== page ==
So, on the one hand, we have Fedora working on key infrastructure that will improve the Linux desktop experience for all users without hardware OpenGL acceleration, and on the other, we have Ubuntu developers throwing effort away on a developmental dead end. Ubuntu has copped flak before for not contributing to Linux development, but I don’t generally buy in to that argument — “contribution” isn’t something you can measure just by analysing commit logs or counting lines of code. Canonical can pay its developers to do whatever it wants them to do, but increasingly, it seems that the effort they’re expending is pushing Ubuntu in a direction I’m not sure I want to follow.

It’s hard to elaborate on exactly why I feel that way — I think it’s really down to little things, like insisting on forging its own path with Unity, the increasing number of built-in monetised services, and their sleazy dealings with Banshee (be sure to read the comments on that one!). Maybe the result is a great OS for a lot of users, but for me, Ubuntu is slowly drifting away from being the OS I want it to be.

new music update

A few months ago I posted that I was working on new music using Ardour 3, and I’m glad to say that my new track is now all but finished. Working with Ardour 3 was a bit nervewracking at times, as you’d expect when testing alpha software — there were several times, in fact, when I couldn’t even open the project’s session due to one bug or another. It all held together somehow, though, and after many bug reports and fixes, I definitely feel like it’s helped

The new track is a bit of a downbeat, ambient-ish thing, with some lo-fi sounds mixed in with some glitchy elements. I definitely put Ardour’s MIDI features to the test: there are MIDI tracks running out to my Blofeld and to Hydrogen, along with LV2 synths (Calf Monosynth and Linuxsampler), along with automation of CC parameters on the Blofeld and automation of plugin paramaters on Calf Monosynth. I’ve done quite a bit of effects automation as well, particularly with the bitcrushing Decimator plugin.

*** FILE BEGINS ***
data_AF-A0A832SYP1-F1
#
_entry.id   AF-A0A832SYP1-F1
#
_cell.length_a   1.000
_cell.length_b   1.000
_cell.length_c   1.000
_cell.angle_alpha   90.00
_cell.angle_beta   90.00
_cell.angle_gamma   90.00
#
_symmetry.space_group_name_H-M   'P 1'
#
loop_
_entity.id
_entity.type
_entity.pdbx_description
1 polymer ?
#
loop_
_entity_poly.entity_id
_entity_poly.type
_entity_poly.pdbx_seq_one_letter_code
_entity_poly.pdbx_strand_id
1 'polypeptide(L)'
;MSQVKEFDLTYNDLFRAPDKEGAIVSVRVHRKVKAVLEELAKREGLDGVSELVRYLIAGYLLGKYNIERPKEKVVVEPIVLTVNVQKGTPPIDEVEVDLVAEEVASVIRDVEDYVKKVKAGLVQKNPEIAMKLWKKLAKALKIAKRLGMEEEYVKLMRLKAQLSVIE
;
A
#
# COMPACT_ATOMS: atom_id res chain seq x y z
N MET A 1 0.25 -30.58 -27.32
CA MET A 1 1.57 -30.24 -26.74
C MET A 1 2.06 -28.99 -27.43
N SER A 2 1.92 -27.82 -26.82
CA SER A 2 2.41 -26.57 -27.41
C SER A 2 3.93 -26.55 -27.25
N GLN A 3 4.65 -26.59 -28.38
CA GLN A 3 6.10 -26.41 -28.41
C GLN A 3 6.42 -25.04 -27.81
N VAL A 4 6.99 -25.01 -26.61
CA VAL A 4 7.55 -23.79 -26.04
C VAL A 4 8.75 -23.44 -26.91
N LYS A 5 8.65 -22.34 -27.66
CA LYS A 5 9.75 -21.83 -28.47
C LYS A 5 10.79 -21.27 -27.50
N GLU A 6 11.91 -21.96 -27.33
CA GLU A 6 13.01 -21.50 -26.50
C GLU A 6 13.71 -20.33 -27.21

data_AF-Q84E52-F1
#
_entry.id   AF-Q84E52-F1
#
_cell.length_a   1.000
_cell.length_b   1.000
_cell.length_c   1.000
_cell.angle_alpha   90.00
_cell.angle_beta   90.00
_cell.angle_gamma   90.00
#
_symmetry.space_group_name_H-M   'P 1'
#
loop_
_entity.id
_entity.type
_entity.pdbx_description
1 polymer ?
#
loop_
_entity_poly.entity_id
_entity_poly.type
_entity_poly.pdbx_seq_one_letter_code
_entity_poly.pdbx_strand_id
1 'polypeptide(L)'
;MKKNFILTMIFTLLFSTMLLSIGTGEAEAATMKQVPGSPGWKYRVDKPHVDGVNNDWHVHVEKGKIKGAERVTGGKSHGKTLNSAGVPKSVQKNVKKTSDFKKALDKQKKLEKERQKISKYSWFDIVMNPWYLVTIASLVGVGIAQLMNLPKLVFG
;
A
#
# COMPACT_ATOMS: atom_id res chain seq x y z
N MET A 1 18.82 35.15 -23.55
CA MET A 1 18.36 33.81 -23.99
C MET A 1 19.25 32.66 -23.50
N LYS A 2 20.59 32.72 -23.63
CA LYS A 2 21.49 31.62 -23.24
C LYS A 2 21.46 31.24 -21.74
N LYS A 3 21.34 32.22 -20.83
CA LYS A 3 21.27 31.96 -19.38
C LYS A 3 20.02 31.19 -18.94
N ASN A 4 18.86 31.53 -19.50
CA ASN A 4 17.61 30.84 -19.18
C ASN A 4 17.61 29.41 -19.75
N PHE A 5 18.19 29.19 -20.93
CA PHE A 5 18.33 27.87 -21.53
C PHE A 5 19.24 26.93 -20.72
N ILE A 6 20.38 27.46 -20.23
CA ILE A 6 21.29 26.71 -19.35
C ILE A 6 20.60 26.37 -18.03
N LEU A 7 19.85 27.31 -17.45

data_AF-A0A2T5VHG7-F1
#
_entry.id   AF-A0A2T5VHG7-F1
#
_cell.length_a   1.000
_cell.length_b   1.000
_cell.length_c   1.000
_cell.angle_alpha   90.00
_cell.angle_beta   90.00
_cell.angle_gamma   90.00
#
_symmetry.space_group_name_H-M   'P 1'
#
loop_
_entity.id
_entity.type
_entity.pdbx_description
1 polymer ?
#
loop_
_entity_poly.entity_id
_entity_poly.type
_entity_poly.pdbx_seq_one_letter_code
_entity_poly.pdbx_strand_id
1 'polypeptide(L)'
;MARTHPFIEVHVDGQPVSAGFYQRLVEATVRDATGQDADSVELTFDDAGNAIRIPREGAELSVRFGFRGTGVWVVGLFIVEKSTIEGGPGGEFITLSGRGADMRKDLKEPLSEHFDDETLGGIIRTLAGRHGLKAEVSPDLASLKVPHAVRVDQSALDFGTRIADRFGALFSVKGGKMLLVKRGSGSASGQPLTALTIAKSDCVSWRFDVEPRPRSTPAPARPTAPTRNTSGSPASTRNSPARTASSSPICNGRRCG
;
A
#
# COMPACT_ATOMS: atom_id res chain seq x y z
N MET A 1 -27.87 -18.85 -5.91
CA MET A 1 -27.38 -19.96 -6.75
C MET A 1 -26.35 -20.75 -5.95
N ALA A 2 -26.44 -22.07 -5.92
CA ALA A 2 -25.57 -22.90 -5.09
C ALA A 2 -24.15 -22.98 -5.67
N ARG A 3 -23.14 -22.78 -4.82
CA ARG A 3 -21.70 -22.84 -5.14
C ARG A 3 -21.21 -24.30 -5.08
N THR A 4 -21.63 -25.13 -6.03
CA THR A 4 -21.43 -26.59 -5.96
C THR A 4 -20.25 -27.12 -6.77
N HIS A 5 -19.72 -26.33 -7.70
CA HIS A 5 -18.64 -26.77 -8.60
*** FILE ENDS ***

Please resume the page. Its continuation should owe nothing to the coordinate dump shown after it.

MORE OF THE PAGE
There’s even a VST plugin in there now; I had been beta-testing Loomer Cumulus, using it as a standalone synth, but with Ardour’s new VST support I now have it running within Ardour directly. Cumulus is somewhere between a synth and an effect: it lets you load a sample, and then trigger its playback using granular synthesis with varying paramaters, altering the starting point, pitch, and playback rate, among other things. You can define up to eight sets of those parameters, and then trigger those via MIDI keys. It can turn all sorts of sounds in to eerie textures, but it can just as easily take a drum loop and turn it in to a wonderfully glitchy mess, which is exactly what I used it for.

I’m pretty sure the track is done, but I don’t want to release it just yet. I plan to sit on it for a few days at least, while I read more of my copy of Mixing Secrets for the Small Studio, but I like the idea of putting together at least an EP with a couple of other tracks and releasing them all at once. That might not be practical if it takes me four months to finish each track, though, so I may post the individual tracks here when they’re ready, and then do an official Bandcamp release once they’re all done.

it’s here! native vst support in ardour 3

Ardour 3.0 is still in alpha, but it gained a substantial new feature last week: support for native Linux VST plugins. It’s a feature that’s been on wishlists for a while, but it’s become more important over the last year or so, as the number of VST synths for Linux has increased. The big drawcards are the commercial synths — Pianoteq, discoDSP Discovery, and the various Loomer plugins, for instance — but more open-source VSTs are appearing now too, such as the TAL synths, ported from Windows by KXStudio developer falkTX in his new DISTRHO project.

The new features use the unofficial Vestige VST headers, which means that Ardour avoids the need for users to download the official Steinberg VST SDK and build Ardour themselves. Having said that, the new VST support is a build-time option that’s disabled by default, but I’m hoping that it will be enabled by default, and available in the official binary builds of Ardour, before the final 3.0 release.

Ardour 3 SVN, running the Loomer Cumulus and TAL-Dub-3 native VSTs

As handy as this is, there has been some discussion about whether or not native VST support is a good thing. VST isn’t a particularly elegant plugin system, and given Steinberg’s licensing restrictions, it’s always going to be harder for the developers of hosts like Ardour to deal VST with than other plugin formats, such as LV2. I would hate to see this VST support discourage developers from working with LV2.